This will be my fifth year teaching fifth grade and I have not yet found a reading program that works for me or my students. I want my students to read... a lot. However, that's easier said than done. When I was in elementary school, I loved to read! I would read under my desk instead of listening to my teacher. My favorites were books by R.L. Stine and the Babysitter's Club series. My favorite days were when the book order came in (yes, I was that kid).
Even though these were the days before high stakes testing, my school did have us take the Metropolitan Achievement Test to see how we were faring. It always became a competition between me and my friend, Heather, as to who could get the highest score. We always scored in the high school level - which looking back on it, really makes me doubt the accuracy of those tests. Most importantly, I was always above grade level and I base that on the fact that I read... a lot.
For the past five years, I've been teaching out of our district mandated basal reading series. The program doesn't allow for a lot of personal choice when it comes to reading. Some may say that students should be reading at home, but that often doesn't happen for my struggling readers. I teach in a high-poverty neighborhood. Many of the parents are concentrating on just making ends meet and most of my students don't even own a single book. In a neighborhood like this one, the school and teachers can have a tremendous influence on a student's reading lifestyle. It's actually the reason I teach where I do. I know my students need me and I know I can have a great impact on them.
So now I read and think about how to reach them all. Here are some of my finds:
I found this blog through pinterest. It is written by two Chicago-area teachers and they have amazing ideas in all curriculum areas. What caught my eye is this:
I'm reading Reading Essentials currently and I love it! Regie Routman's philosophy is that we teachers are doing too much busy work and not enough of the practices that improve students' literary achievement. We keep them busy with too many literacy "activities" and not enough actual reading. Meanwhile, we're running around like crazy, trying to stock centers and plan activities, that we have no time for evaluating worthwhile assessments that could improve our teaching and move our students forward. She suggests making an independent reading program at least 30 minutes of your reading block. I'm thinking that I want to make that happen. It will be more than just "take out a book and read.":-)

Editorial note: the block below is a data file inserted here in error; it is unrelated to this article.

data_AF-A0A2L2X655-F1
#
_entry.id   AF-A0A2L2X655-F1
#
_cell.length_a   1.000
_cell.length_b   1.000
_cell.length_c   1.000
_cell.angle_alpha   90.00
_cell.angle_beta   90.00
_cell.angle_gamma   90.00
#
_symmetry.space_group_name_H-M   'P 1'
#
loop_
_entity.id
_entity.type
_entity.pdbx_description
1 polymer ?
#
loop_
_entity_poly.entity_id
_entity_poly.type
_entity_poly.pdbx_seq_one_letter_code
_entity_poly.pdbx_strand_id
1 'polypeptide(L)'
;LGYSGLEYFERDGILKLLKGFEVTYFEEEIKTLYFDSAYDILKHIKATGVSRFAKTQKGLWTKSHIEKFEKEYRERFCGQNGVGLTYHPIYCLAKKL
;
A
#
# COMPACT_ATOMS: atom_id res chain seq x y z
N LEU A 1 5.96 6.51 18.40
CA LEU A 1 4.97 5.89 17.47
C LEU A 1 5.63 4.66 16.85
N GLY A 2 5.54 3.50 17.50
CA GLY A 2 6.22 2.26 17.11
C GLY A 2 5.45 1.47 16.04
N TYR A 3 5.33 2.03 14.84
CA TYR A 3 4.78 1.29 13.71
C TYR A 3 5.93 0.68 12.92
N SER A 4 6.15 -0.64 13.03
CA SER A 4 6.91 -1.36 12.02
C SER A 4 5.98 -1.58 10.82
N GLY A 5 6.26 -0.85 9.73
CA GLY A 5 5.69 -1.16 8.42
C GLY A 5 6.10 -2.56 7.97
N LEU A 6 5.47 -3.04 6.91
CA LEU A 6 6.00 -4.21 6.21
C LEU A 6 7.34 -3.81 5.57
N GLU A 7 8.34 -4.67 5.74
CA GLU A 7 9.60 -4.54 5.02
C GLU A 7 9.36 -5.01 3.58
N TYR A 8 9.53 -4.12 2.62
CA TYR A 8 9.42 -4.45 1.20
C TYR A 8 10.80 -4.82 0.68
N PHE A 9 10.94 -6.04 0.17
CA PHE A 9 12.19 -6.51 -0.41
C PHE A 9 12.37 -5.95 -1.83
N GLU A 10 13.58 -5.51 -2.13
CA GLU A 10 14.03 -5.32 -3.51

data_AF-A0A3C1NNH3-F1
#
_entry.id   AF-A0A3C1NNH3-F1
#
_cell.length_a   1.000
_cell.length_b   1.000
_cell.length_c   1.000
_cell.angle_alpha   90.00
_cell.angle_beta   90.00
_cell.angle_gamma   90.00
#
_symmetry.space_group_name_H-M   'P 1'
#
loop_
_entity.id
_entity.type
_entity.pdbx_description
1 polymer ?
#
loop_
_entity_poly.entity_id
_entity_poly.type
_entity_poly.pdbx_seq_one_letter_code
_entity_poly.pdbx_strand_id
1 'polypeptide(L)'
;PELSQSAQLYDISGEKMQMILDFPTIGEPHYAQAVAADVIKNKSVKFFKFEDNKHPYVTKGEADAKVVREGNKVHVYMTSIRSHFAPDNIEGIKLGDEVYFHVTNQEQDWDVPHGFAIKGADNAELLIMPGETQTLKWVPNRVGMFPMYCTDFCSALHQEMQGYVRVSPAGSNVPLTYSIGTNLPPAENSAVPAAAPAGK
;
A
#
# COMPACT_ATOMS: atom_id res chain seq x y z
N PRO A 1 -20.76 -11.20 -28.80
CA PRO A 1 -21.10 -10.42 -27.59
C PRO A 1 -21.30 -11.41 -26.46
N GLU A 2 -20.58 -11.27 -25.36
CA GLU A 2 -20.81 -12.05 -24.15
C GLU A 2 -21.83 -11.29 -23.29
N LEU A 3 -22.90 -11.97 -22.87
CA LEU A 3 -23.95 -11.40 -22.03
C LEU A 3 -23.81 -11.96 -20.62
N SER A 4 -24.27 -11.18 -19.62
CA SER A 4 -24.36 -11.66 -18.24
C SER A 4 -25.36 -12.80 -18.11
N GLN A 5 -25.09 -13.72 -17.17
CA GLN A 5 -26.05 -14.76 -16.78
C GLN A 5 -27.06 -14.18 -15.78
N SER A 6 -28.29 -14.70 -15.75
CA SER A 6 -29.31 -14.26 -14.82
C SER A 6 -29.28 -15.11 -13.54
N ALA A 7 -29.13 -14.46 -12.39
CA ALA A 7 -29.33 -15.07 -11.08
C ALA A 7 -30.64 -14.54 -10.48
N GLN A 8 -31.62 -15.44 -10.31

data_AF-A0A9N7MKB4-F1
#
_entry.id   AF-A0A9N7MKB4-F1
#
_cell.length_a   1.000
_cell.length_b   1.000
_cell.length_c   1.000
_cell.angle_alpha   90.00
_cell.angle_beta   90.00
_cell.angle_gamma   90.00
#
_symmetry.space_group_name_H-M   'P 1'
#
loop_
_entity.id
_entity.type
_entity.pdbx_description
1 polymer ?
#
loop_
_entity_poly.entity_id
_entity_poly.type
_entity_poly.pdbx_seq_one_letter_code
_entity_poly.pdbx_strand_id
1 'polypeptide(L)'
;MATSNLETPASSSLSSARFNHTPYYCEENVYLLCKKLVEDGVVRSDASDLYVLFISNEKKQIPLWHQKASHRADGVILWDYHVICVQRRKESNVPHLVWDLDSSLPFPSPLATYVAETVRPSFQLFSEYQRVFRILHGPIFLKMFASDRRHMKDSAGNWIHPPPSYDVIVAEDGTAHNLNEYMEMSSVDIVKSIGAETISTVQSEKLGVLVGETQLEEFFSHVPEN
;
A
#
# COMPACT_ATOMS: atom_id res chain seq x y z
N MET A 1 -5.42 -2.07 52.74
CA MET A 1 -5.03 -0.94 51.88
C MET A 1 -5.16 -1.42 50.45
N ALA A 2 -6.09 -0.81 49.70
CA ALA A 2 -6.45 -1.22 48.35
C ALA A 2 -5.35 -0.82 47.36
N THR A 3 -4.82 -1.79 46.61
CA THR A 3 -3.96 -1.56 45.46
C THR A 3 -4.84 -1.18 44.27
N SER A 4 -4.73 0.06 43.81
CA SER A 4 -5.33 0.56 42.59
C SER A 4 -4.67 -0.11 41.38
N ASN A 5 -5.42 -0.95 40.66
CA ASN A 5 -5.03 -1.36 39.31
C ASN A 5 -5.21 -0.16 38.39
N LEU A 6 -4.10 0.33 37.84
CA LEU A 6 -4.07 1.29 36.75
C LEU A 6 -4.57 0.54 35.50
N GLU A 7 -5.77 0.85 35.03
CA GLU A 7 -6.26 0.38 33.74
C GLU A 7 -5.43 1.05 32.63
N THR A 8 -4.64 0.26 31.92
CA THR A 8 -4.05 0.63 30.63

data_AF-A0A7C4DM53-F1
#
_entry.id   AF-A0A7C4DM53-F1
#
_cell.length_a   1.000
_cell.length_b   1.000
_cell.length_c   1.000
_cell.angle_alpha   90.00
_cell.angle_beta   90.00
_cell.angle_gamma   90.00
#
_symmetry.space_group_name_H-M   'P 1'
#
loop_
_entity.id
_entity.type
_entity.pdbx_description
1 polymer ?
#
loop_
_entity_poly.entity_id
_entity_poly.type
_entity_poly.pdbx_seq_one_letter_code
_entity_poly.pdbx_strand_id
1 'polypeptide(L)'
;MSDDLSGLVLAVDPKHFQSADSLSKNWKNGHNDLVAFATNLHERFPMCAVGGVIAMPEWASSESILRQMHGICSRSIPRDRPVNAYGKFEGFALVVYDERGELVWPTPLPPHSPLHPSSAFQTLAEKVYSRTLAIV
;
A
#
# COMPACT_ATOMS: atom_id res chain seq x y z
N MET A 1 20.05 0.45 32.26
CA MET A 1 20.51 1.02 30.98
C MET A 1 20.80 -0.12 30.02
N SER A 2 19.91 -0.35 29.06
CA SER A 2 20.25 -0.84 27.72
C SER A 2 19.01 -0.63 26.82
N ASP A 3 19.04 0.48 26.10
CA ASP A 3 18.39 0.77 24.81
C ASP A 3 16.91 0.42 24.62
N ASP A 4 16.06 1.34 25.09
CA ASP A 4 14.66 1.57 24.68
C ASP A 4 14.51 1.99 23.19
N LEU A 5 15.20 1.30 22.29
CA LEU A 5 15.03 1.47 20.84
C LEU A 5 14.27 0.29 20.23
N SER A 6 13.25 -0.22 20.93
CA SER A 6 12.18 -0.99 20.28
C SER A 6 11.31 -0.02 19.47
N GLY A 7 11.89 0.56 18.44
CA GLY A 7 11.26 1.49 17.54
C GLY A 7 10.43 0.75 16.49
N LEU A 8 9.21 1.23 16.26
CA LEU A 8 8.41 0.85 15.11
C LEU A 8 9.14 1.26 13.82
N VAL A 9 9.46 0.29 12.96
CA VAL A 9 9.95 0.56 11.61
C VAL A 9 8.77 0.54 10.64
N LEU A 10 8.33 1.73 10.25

Finally. I'm doing a book study of the Daily Five and the CAFE Book here:
These are fantastic books that detail what students should be doing during independent time when you are seeing groups and also how to structure your lessons to improve student reading. This book study is led by teacher bloggers and focuses on implementing the Daily Five in the upper elementary grades. The 100+ comments on each post are a little daunting, but I love reading other teacher's thoughts, especially when I find that they share the same struggles as I do. I like it even more when others have found solutions to my challenges.